Drones Get the Green Light to Fly Over West Texas

Drones Get the Green Light to Fly Over West Texas

by: Justin Kree

NewsWest 9

BREWSTER/PECOS COUNTY-  Since May of last year, Texas A&M Corpus Christi submitted an application to allow one of the drone testing areas in the state be located around the Big Bend area, and will take flight over parts of Brewster and Pecos County.

Doctor Luis Cifuentes helps operate the program at the University which is known as the Lone Star Unmanned Aircraft System Initiative. He explains that the goal of the program is for economic development...and the landscape west Texas is a  perfect location. 

"That range was chosen because of it's climatic conditions, lack of low population proximity to the Big Bend. There were many reasons in choosing it," Cifuentes said.

Dr. Cifuentes explains that both the F.A.A. and the University will be testing the drones for a number of reasons.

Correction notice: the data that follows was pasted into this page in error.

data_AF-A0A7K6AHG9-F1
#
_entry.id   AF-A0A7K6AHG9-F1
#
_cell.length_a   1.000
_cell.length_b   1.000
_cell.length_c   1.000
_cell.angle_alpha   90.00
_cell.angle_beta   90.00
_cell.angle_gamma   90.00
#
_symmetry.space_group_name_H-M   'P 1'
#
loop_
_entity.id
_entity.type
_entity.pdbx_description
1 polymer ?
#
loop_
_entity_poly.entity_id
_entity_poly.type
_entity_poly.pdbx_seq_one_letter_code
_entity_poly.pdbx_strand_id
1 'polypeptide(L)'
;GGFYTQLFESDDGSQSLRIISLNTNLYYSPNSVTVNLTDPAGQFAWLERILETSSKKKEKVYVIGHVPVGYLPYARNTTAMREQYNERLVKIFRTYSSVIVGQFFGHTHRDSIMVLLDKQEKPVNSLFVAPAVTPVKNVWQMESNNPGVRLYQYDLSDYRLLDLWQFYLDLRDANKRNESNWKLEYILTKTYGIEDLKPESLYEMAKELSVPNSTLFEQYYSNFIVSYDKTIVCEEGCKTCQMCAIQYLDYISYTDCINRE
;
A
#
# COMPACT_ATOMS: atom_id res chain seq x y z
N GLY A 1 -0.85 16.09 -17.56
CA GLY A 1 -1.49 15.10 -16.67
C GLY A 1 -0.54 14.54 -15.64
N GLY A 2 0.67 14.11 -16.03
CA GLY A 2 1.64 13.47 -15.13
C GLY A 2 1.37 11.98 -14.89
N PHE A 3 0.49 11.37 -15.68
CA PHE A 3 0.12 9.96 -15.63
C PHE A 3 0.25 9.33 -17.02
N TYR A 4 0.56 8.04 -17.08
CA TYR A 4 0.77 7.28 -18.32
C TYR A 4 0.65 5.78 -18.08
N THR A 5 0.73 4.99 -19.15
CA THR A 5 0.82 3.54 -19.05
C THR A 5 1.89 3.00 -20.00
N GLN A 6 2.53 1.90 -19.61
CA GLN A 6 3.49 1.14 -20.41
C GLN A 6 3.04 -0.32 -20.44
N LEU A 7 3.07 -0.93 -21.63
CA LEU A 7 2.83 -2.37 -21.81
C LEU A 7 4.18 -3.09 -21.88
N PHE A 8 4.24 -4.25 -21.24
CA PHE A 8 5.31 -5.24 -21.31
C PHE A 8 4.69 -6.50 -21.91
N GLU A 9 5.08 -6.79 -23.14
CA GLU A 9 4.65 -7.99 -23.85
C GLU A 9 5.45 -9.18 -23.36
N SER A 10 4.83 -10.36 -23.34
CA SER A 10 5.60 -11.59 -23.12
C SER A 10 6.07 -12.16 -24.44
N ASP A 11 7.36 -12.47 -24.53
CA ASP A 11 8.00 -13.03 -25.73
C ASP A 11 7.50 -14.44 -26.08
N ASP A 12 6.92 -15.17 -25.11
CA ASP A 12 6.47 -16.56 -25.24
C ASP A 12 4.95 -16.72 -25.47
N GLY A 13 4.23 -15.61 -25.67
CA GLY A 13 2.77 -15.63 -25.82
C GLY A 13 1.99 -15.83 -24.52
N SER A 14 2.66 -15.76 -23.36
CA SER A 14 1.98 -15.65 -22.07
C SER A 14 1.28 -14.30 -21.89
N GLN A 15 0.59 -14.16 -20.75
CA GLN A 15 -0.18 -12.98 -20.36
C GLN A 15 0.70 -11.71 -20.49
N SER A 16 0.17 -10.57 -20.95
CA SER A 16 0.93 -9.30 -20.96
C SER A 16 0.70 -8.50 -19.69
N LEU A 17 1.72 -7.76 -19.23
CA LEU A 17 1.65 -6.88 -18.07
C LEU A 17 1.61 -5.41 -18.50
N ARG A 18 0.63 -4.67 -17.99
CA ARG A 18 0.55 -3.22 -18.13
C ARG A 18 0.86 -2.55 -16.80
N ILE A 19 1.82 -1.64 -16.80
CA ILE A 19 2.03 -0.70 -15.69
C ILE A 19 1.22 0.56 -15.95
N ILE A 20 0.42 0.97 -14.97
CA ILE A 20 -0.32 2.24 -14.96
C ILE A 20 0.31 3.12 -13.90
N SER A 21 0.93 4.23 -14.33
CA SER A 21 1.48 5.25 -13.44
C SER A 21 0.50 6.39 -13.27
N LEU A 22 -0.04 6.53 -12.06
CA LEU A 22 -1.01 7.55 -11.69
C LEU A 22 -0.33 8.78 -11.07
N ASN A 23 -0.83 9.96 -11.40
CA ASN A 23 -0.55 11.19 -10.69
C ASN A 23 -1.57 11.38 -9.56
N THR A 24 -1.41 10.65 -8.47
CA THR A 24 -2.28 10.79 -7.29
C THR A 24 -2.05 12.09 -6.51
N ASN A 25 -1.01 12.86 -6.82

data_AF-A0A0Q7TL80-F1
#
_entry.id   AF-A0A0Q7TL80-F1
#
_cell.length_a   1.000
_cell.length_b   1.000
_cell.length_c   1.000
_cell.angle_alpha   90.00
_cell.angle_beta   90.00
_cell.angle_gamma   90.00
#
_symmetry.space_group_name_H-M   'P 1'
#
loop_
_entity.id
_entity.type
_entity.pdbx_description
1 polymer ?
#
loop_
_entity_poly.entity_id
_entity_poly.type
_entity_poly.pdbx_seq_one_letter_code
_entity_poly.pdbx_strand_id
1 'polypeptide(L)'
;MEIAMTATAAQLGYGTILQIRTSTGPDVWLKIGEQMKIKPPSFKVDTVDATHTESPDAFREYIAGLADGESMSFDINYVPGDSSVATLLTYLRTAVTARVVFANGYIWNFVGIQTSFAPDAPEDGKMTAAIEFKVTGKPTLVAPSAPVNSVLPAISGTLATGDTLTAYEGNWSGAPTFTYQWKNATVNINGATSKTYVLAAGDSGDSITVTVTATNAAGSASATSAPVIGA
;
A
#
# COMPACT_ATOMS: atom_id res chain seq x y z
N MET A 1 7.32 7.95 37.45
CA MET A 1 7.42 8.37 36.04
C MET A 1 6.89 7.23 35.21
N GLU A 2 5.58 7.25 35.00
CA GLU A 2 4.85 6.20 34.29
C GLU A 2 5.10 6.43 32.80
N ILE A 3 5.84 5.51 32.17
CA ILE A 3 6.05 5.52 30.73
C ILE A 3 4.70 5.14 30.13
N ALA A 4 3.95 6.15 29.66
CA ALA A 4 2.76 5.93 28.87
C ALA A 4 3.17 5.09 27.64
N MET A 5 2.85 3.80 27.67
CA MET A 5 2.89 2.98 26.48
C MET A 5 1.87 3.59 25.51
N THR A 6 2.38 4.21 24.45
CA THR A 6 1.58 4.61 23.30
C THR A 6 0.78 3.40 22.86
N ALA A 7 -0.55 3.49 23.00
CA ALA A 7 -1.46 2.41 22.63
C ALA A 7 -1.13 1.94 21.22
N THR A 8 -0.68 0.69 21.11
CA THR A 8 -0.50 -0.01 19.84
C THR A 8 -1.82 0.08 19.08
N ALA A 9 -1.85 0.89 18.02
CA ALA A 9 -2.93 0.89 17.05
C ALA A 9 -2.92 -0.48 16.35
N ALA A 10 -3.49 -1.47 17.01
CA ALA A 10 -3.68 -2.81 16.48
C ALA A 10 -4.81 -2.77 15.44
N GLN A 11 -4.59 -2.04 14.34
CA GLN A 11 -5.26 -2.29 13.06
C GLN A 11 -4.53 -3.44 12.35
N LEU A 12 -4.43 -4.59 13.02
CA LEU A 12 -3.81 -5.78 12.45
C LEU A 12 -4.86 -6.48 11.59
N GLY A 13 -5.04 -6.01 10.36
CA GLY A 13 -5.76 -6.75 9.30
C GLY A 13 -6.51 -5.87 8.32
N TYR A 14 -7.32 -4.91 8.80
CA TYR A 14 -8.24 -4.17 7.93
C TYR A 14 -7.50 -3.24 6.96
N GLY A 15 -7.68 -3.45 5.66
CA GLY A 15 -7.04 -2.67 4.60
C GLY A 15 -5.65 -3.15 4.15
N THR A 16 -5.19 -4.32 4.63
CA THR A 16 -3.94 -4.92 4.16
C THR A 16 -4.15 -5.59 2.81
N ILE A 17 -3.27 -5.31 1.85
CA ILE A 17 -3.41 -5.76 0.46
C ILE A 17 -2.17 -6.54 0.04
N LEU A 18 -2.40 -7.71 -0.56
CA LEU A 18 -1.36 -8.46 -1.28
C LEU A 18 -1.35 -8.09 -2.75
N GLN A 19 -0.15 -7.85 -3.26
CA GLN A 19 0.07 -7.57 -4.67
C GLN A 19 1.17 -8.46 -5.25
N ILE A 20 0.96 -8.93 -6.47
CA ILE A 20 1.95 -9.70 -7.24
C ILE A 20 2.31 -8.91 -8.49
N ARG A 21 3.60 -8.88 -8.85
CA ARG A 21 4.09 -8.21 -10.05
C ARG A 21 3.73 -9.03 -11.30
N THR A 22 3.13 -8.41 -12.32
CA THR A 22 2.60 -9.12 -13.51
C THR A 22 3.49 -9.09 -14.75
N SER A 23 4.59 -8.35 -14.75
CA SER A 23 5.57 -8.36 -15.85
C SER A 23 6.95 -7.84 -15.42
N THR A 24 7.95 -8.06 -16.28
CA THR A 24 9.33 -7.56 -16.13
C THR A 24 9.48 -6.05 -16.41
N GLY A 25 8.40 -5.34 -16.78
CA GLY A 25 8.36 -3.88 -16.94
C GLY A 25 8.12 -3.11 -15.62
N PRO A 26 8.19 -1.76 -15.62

Economic growth in Texas, and safety is the top priority of the program. Some residents in Brewster County think the government has alternative motives

"In order to test the drones, it's not to fly them to see if they stay in the air, they already know that. Their testing technology for the cameras. What are they going to do? They're going to use the cameras to spy on people around the country," Forrest said.

But Dr. Cifuentes assures that is not the objective of the drone program.  

"People will start to realize that this is not about shooting people. It's not about invading people's privacy. There are real applications that are of use to the Texas public. For example, I hope some day we can provide faster warning regarding storms, tornadoes," Cifunentes said. 

He said educating the public is needed.

"When the public recognizes that this is about public good and economic development and not about spying or shooting people down," Cifuentes said.

But it will be hard to convince some residents of Brewster County

"We don't need a bunch of people flying their stupid drones over my ranch with their cameras, figuring out what we have, where w're at, and that'swe'ret they are going to do," Forrest said.